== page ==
A theological crisis like this over human sexuality reveals the trouble with church authority after the Reformation. A denomination can convene a council, but that council speaks for the denomination, not for the Church universal. A council speaking for a denomination is, by definition, clarifying a perspective, not a position. Without an ecumenical council, where do we go to confirm and clarify positions in question?

I write about theology, ministry and the UMC, usually about twice a week. Click here to subscribe by email.

I don’t have comments here any more. If you’d like to discuss it with friends, share it with them and discuss. If you’d like to discuss it with me, send me an email. I’d love to hear from you.

[1] Well, most of us aren’t, anyway.
[2] When I run a Google search for “wrong side of history” and “church,” six of the first seven articles are about human sexuality.
[3] For a better direct comparison between doctrinal points, see my discussion of our treatment of human sexuality in relation to same-sex marriage.
[4] That we would include baptism as a perspective is especially interesting, and almost all of us would. Tennent supports this by saying that both views of baptism have theological arguments to support them and that historically, “the church has not found common ground on every aspect of baptism.” We can certainly say this today, but could 15th century theologians have said the same? Or would they have called baptism (or at least infant baptism) a matter “where the church has historically spoken with a single voice”––a position?
[5] This point especially comes into focus as the UMC and The Episcopal Church discuss full communion.

The Image of God and Creation

With respect to Earth Day, here’s an early excerpt from a book I’ve been working on (working title Theology for Normal People):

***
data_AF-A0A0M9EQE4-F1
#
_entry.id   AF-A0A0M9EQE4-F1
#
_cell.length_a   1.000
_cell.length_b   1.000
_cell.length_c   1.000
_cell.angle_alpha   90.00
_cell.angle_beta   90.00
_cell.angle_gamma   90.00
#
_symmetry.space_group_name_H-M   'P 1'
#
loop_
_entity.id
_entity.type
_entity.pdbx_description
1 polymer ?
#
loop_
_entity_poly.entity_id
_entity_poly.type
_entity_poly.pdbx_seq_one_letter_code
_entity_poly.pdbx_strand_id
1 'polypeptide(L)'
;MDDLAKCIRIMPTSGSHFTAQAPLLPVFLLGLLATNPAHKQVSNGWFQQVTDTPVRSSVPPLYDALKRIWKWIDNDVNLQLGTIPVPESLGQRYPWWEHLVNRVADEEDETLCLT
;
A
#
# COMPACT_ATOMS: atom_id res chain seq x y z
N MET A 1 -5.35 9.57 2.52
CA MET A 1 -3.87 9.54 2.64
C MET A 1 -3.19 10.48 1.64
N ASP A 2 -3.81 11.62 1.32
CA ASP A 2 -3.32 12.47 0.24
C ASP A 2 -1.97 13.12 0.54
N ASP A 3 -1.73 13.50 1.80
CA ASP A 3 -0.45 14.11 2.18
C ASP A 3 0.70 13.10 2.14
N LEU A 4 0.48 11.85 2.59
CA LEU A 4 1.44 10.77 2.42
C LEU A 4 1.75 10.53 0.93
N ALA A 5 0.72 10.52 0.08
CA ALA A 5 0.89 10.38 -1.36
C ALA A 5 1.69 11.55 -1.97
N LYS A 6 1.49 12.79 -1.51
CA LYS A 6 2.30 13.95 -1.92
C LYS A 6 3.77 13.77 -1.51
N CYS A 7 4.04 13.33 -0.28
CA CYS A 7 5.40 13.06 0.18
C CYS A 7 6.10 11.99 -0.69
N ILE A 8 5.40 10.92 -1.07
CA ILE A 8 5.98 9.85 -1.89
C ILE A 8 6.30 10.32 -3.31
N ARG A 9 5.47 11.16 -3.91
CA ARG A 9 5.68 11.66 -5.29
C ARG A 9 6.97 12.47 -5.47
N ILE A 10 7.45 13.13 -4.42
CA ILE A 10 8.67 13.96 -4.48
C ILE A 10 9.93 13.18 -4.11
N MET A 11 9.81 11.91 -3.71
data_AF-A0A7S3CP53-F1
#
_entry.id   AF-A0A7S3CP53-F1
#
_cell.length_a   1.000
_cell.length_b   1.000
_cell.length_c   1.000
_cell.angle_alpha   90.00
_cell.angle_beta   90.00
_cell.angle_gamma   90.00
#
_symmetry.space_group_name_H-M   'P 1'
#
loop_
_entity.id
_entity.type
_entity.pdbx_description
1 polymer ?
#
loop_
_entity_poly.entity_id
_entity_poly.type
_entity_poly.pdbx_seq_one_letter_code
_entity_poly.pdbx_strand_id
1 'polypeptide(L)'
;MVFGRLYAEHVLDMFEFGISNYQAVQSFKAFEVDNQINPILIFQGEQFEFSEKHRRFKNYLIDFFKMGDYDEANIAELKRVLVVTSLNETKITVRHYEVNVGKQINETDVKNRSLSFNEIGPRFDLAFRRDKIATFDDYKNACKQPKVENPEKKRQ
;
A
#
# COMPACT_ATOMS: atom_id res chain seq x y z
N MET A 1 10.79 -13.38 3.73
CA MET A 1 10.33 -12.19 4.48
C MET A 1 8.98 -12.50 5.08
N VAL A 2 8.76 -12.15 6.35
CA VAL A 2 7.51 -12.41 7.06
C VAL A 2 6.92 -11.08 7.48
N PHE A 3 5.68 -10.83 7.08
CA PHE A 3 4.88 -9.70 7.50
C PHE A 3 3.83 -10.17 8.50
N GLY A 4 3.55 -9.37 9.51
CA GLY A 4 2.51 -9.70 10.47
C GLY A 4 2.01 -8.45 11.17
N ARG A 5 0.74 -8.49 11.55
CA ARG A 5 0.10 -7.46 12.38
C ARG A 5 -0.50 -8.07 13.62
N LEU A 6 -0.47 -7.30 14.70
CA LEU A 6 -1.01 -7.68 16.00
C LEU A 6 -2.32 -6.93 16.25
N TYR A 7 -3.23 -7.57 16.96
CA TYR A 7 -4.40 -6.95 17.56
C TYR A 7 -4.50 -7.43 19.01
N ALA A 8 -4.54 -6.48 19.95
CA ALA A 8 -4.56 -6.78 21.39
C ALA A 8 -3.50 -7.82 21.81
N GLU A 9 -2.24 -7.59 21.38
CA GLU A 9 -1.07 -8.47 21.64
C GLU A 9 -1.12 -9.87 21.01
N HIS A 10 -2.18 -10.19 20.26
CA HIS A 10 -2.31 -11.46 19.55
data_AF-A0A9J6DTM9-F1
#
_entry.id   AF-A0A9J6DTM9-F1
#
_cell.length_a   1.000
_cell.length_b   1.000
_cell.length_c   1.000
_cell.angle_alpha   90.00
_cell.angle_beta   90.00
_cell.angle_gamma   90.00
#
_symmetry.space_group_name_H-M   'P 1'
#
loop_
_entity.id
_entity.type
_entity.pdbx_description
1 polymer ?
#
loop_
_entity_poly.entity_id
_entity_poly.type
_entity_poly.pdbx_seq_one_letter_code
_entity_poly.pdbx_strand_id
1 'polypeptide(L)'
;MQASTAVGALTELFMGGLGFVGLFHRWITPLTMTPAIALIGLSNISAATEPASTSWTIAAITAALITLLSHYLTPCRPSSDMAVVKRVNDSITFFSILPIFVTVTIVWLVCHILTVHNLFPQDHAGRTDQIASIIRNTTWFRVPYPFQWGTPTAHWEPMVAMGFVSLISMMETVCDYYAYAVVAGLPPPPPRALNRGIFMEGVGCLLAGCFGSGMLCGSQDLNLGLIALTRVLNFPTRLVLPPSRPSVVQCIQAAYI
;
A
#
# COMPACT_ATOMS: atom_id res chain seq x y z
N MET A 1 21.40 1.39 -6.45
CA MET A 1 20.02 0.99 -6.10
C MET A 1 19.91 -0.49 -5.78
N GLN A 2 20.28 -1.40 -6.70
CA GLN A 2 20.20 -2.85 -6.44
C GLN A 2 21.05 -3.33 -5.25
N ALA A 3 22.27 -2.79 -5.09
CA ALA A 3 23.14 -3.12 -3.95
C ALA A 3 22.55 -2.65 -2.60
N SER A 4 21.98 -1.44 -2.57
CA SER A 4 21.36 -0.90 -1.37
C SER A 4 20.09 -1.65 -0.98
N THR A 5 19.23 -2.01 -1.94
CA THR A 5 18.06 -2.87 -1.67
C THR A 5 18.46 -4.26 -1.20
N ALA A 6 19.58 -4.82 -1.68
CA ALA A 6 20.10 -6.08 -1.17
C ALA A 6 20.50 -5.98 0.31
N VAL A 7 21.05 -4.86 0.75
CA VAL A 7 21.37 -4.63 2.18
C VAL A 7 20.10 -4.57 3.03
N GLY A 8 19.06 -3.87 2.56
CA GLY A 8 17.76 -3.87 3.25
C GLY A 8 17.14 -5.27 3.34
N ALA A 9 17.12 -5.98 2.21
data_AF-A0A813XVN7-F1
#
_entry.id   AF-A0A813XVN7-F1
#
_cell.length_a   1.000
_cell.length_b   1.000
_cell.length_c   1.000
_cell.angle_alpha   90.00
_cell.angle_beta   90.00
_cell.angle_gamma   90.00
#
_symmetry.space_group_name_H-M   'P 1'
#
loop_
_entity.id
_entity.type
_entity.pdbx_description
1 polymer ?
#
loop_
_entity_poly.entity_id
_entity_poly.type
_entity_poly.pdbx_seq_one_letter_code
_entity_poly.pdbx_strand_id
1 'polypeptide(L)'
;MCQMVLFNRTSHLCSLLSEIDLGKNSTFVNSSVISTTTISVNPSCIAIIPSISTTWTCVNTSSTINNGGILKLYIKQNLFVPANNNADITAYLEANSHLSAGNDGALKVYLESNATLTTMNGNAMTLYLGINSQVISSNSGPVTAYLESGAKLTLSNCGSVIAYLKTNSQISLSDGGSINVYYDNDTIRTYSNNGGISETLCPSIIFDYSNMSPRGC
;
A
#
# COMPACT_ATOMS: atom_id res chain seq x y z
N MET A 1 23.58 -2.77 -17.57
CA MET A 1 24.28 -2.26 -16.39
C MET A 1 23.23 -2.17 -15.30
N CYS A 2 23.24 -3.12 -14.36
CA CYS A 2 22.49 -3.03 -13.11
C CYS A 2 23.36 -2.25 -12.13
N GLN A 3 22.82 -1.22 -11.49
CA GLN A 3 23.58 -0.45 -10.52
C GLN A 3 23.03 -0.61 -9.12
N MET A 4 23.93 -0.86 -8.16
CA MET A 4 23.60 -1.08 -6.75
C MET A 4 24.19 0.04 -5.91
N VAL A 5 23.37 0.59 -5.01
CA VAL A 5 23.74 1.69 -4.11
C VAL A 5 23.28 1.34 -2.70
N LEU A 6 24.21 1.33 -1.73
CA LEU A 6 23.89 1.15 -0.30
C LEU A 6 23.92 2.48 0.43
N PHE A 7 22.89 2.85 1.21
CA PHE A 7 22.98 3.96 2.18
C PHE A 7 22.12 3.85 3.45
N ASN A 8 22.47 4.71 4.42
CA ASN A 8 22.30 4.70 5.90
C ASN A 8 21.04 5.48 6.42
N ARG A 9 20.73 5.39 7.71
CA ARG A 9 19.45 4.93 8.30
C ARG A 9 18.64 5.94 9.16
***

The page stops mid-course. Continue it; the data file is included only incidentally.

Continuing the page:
Scripture connects our status (the living images of God) and our purpose (rulers) most explicitly in caring for the earth. God makes us in his image so that we may rule over all the creatures of the earth.

Some people today have let that authority go to their heads. They see it as license to do whatever they please with God’s creation. I’ve heard people use their “dominion over the earth” to explain everything from disregard of the environment to abuse of animals. Here’s how one well-known writer explains her “Christian worldview” related to the environment:

The ethic of conservation is the explicit abnegation of man’s dominion over the Earth. The lower species are here for our use. God said so: Go forth, be fruitful, multiply, and rape the planet—it’s yours. That’s our job: drilling, mining and stripping. Sweaters are the anti-Biblical view.[1] Big gas-guzzling cars with phones and CD players and wet bars—that’s the Biblical view.[2]

Please don’t take anything in that quote as the “Biblical view.” Though the author quotes some parts of the creation account (note: you won’t find “rape the planet” in there), you could wonder if she had ever read the rest of it. Did she miss the part where God calls his creation good and delights in it?

Did she miss the part where God still claims ownership of it? “To the LORD, your God, belong the heavens, even the highest heavens, the earth and everything in it” (Deuteronomy 10:14).

Even if she understood the earth as God’s gift to us—after all, “The highest heavens belong to the LORD, but the earth he has given to mankind” (Psalm 115:16)—what kind of way is this to treat a precious gift?